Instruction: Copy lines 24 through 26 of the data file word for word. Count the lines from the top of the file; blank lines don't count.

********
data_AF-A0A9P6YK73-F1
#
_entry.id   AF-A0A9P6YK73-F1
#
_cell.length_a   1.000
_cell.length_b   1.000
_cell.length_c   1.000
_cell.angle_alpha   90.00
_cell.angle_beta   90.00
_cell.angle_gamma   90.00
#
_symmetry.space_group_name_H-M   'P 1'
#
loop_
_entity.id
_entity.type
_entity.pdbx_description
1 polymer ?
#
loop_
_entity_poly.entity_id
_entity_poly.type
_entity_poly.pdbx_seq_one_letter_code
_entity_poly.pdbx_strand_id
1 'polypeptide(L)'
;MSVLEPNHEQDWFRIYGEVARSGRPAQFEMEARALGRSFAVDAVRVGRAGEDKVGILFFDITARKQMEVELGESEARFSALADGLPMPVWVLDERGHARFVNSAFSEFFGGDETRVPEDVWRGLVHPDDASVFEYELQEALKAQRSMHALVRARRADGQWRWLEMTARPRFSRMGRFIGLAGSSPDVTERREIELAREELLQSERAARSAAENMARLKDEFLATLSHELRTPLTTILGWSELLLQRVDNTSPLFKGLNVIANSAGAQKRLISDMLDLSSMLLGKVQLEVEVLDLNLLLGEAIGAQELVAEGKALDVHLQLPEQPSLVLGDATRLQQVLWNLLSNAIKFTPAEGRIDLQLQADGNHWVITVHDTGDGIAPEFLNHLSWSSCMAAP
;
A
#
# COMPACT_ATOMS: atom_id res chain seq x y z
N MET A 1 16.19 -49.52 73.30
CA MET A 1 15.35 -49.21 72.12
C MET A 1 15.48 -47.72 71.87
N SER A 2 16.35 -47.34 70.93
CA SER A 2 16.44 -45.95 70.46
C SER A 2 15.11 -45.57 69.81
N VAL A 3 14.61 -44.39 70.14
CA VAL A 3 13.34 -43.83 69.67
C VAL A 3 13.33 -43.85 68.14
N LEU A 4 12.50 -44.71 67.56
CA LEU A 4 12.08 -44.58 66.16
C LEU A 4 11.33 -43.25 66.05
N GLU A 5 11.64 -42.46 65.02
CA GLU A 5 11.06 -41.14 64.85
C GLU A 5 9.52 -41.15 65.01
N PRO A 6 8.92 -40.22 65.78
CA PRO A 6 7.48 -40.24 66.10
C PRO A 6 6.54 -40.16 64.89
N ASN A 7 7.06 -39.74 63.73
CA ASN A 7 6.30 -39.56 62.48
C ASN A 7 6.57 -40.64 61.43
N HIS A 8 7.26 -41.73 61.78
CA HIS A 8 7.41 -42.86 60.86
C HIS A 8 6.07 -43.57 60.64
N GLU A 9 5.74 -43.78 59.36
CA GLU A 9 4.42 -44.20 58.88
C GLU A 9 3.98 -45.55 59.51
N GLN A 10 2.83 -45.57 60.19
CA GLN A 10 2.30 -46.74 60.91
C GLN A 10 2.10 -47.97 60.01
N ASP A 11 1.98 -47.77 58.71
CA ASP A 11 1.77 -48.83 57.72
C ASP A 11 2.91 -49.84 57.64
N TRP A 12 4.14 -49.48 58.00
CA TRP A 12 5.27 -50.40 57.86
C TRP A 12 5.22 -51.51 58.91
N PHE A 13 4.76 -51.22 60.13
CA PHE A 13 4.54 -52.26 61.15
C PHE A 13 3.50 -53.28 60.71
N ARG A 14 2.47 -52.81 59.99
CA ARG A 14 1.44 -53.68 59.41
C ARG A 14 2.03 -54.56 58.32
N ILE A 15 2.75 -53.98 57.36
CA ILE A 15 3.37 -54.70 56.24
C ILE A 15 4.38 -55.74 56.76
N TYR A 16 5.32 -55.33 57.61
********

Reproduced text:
_entity_poly.pdbx_strand_id
1 'polypeptide(L)'
;MSVLEPNHEQDWFRIYGEVARSGRPAQFEMEARALGRSFAVDAVRVGRAGEDKVGILFFDITARKQMEVELGESEARFSALADGLPMPVWVLDERGHARFVNSAFSEFFGGDETRVPEDVWRGLVHPDDASVFEYELQEALKAQRSMHALVRARRADGQWRWLEMTARPRFSRMGRFIGLAGSSPDVTERREIELAREELLQSERAARSAAENMARLKDEFLATLSHELRTPLTTILGWSELLLQRVDNTSPLFKGLNVIANSAGAQKRLISDMLDLSSMLLGKVQLEVEVLDLNLLLGEAIGAQELVAEGKALDVHLQLPEQPSLVLGDATRLQQVLWNLLSNAIKFTPAEGRIDLQLQADGNHWVITVHDTGDGIAPEFLNHLSWSSCMAAP